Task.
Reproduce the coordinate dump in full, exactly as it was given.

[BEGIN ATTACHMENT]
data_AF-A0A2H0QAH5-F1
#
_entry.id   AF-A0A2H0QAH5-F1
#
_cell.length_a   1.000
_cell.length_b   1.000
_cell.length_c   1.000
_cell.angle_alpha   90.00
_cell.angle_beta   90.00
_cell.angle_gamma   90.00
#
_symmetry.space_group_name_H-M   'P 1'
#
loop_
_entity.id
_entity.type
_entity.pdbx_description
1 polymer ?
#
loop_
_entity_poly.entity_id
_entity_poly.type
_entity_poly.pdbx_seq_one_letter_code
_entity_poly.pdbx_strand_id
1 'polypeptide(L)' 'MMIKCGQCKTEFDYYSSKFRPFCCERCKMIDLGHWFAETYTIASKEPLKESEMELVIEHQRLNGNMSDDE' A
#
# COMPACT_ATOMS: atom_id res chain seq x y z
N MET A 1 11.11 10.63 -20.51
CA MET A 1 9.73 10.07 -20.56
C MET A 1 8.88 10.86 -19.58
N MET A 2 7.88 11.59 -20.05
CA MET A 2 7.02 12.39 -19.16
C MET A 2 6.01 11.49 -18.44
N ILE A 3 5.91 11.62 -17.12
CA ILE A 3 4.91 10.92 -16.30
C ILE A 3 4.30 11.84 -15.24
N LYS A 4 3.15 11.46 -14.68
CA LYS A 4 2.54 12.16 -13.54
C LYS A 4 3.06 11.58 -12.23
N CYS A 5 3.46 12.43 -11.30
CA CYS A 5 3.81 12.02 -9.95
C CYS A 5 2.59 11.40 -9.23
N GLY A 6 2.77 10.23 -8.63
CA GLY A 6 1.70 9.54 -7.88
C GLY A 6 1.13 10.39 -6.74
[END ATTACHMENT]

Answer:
data_AF-A0A2H0QAH5-F1
#
_entry.id   AF-A0A2H0QAH5-F1
#
_cell.length_a   1.000
_cell.length_b   1.000
_cell.length_c   1.000
_cell.angle_alpha   90.00
_cell.angle_beta   90.00
_cell.angle_gamma   90.00
#
_symmetry.space_group_name_H-M   'P 1'
#
loop_
_entity.id
_entity.type
_entity.pdbx_description
1 polymer ?
#
loop_
_entity_poly.entity_id
_entity_poly.type
_entity_poly.pdbx_seq_one_letter_code
_entity_poly.pdbx_strand_id
1 'polypeptide(L)' 'MMIKCGQCKTEFDYYSSKFRPFCCERCKMIDLGHWFAETYTIASKEPLKESEMELVIEHQRLNGNMSDDE' A
#
# COMPACT_ATOMS: atom_id res chain seq x y z
N MET A 1 11.11 10.63 -20.51
CA MET A 1 9.73 10.07 -20.56
C MET A 1 8.88 10.86 -19.58
N MET A 2 7.88 11.59 -20.05
CA MET A 2 7.02 12.39 -19.16
C MET A 2 6.01 11.49 -18.44
N ILE A 3 5.91 11.62 -17.12
CA ILE A 3 4.91 10.92 -16.30
C ILE A 3 4.30 11.84 -15.24
N LYS A 4 3.15 11.46 -14.68
CA LYS A 4 2.54 12.16 -13.54
C LYS A 4 3.06 11.58 -12.23
N CYS A 5 3.46 12.43 -11.30
CA CYS A 5 3.81 12.02 -9.95
C CYS A 5 2.59 11.40 -9.23
N GLY A 6 2.77 10.23 -8.63
CA GLY A 6 1.70 9.54 -7.88
C GLY A 6 1.13 10.39 -6.74